Biofilm is an assemblage of surface-associated microbial cells which is enclosed in an extracellular polymeric substance matrix (4). Biofilm-embedded bacteria are more resistant to antimicrobial agents and the immune defense system than their planktonic counterparts (5). These biofilms accumulate in engineered systems such as heat exchangers, pipelines, processing equipment and storage tanks, and induce technical problems including reduction in heat transference, biocorrosion and associated environmental damages as well as product contaminations (6).

Furthermore, the presence of pathogenic bacterial communities is often associated with various chronic diseases (including cystic fibrosis, periodontitis, chronic prostatitis, otitis media, endocarditis and recurrent urinary tract infections) and is also responsible for the alarming spread of slime-associated nosocomial infections, mainly due to the increasing use of implanted medical devices of polymeric origin (7). Novel strategies are therefore required to deal with these biofilm-mediated problems (8). Therefore, to investigate the new compounds for defeating the microbial drug resistance especially in biofilm structures, this study was considered to evaluate the antibacterial potential of garlic methanol and ethanol extracts against six clinical bacterial isolates in planktonic and biofilm forms.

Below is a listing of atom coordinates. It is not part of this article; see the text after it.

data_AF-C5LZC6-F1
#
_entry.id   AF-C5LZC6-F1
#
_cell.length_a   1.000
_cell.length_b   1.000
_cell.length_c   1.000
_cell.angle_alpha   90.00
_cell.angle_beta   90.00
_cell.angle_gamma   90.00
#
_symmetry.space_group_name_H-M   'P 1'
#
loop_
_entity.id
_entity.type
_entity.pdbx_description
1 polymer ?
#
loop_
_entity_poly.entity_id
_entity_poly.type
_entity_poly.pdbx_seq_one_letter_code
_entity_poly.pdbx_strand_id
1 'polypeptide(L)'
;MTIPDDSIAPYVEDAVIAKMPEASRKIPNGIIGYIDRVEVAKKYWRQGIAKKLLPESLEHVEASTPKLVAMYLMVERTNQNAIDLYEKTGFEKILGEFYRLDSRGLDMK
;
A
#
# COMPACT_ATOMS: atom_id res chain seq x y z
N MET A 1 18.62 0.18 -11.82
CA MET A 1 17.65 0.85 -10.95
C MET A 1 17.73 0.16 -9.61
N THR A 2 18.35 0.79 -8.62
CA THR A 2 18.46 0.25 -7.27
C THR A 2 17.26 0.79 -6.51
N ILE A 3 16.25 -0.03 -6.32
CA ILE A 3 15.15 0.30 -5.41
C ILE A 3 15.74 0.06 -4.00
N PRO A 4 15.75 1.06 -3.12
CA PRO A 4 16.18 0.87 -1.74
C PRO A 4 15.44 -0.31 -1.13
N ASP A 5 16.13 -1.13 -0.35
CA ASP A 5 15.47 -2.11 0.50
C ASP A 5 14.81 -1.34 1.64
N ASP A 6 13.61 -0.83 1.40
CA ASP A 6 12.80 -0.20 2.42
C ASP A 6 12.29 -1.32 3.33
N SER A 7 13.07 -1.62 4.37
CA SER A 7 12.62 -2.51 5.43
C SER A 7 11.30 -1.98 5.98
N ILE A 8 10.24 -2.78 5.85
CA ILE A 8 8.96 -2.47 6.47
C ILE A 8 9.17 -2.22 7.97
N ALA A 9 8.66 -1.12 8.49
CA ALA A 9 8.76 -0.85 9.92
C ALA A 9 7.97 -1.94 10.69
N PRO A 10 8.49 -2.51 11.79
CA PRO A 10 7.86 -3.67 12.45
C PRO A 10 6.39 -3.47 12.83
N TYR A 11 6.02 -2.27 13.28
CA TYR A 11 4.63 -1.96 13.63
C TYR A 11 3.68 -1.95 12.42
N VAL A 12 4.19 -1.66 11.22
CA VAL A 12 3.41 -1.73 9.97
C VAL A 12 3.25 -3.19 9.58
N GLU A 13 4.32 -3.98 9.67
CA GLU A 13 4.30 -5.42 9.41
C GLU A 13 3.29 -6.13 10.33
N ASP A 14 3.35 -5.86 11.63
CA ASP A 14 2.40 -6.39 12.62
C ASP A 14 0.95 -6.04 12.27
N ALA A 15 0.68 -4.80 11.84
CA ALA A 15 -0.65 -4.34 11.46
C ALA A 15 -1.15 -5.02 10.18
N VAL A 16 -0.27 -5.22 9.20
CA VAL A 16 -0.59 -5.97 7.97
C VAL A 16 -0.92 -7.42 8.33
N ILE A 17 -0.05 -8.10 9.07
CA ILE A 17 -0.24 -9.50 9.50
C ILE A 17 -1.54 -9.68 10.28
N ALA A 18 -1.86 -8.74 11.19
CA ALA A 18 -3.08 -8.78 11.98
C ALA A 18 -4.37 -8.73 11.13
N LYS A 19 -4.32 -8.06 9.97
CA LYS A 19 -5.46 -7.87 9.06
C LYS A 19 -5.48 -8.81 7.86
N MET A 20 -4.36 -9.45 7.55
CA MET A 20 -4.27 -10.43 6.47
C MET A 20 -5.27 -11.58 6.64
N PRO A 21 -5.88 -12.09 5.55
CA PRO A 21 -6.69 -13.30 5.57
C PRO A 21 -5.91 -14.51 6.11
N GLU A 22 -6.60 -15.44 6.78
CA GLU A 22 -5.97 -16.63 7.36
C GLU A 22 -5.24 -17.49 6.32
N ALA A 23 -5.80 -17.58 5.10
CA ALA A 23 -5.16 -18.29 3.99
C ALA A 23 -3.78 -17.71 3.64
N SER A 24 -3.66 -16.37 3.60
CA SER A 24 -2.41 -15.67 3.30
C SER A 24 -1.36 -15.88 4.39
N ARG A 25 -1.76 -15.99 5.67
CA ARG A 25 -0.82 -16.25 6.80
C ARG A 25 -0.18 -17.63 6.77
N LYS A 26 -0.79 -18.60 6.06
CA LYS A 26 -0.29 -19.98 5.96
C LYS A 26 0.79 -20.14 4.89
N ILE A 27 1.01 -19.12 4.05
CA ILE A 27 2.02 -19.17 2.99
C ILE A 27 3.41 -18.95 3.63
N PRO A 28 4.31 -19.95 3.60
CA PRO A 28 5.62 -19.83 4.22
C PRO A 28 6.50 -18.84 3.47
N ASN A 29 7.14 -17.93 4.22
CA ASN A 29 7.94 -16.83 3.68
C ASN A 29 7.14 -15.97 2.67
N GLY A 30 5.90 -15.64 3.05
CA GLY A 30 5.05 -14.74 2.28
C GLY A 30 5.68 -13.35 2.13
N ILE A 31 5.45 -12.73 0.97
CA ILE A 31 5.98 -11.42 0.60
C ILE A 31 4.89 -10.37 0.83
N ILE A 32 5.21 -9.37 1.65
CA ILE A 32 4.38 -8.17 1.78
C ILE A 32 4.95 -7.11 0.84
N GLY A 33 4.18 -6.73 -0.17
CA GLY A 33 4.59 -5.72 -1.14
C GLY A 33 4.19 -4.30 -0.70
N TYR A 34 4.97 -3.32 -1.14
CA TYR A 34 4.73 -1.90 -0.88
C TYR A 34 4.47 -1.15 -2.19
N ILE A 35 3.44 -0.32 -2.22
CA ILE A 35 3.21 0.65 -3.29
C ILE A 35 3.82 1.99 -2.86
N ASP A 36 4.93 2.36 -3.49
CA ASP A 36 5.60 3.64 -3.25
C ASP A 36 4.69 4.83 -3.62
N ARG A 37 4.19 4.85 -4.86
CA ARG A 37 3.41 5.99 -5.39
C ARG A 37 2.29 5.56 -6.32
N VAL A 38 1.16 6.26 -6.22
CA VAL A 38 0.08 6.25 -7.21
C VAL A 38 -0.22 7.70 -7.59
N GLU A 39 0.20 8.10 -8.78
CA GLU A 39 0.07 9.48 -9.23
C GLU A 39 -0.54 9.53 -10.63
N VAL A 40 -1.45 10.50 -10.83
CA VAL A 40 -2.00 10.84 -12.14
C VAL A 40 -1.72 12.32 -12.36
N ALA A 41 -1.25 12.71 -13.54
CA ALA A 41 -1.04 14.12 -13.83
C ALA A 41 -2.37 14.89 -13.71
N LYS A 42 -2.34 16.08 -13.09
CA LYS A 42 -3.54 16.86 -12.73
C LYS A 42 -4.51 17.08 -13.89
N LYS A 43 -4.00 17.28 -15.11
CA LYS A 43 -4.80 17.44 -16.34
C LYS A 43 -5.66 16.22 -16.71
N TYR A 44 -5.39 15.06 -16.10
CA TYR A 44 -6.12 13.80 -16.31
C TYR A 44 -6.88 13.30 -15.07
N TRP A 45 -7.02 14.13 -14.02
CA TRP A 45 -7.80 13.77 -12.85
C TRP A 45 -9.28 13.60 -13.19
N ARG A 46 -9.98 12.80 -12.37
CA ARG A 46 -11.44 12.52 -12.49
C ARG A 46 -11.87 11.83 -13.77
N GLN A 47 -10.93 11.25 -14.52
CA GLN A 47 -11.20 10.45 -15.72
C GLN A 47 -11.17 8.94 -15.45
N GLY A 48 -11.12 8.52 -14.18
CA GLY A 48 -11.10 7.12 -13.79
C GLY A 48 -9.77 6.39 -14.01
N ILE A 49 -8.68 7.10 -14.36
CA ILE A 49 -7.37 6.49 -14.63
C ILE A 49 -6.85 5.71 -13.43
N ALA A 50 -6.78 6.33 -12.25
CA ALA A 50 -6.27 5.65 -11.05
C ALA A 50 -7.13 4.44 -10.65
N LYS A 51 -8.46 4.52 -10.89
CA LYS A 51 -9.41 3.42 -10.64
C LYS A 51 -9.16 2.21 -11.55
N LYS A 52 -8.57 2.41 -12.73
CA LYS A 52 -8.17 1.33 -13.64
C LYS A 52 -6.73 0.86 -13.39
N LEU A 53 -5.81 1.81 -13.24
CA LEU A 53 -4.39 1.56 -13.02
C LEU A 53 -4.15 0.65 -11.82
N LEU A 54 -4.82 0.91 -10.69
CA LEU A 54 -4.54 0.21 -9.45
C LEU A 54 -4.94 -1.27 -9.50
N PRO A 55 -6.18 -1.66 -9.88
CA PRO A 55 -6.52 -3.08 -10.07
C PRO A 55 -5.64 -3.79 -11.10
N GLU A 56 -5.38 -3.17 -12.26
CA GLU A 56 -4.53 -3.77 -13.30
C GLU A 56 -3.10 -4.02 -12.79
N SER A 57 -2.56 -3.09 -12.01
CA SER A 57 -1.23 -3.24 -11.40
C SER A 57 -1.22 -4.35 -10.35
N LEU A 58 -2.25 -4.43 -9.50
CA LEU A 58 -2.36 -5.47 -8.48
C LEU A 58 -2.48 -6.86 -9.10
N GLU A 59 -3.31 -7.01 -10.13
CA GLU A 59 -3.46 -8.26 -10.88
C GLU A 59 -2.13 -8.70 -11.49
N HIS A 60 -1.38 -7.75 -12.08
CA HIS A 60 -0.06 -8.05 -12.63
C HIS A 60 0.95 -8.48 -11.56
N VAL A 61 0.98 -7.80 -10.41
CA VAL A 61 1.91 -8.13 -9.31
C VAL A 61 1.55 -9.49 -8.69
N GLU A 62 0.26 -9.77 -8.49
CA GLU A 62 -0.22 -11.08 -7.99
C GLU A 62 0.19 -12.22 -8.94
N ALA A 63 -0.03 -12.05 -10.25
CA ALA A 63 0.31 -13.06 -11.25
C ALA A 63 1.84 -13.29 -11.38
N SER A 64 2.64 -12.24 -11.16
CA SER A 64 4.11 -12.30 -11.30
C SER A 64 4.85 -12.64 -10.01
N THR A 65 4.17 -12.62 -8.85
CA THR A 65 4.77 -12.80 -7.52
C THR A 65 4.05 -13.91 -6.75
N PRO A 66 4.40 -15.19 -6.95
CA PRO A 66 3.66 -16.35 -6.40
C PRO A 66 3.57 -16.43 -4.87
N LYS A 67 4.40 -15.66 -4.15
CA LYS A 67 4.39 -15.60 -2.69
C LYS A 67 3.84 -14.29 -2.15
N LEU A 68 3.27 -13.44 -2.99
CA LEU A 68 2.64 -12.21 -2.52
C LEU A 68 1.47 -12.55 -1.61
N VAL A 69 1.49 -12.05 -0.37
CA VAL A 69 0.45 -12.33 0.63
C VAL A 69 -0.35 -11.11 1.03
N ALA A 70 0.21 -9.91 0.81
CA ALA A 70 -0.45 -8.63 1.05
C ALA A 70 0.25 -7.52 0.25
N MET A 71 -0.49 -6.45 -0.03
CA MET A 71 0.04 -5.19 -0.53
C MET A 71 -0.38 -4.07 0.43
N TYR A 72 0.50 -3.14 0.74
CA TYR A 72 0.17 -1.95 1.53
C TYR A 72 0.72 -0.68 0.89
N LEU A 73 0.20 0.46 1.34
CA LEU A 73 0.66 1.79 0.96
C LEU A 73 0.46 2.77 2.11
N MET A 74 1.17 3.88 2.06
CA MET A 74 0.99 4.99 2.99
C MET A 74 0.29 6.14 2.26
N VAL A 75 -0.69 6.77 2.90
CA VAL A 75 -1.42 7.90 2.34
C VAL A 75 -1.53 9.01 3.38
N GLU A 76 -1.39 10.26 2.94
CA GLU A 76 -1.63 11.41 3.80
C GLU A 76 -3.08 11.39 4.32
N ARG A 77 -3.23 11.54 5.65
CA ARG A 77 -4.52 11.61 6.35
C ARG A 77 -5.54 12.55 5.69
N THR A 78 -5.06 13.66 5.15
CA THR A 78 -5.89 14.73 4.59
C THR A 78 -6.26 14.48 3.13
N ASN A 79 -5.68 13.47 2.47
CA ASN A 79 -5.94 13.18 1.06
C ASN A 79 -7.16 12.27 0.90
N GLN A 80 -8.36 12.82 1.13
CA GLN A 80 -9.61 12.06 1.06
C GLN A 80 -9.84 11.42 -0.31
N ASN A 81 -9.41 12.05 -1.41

Garlic belongs to the Alliaceae family with the scientific name of Allium sativum. Garlic is widely used in culinary and medicine (9). Allium sativum L. has been an all-rounded treatment for preventing wound infection, common cold, malaria, cough and lung tuberculosis, hypertension, sexually transmitted diseases, mental illness, kidney diseases, liver diseases, asthma, and diabetes (10).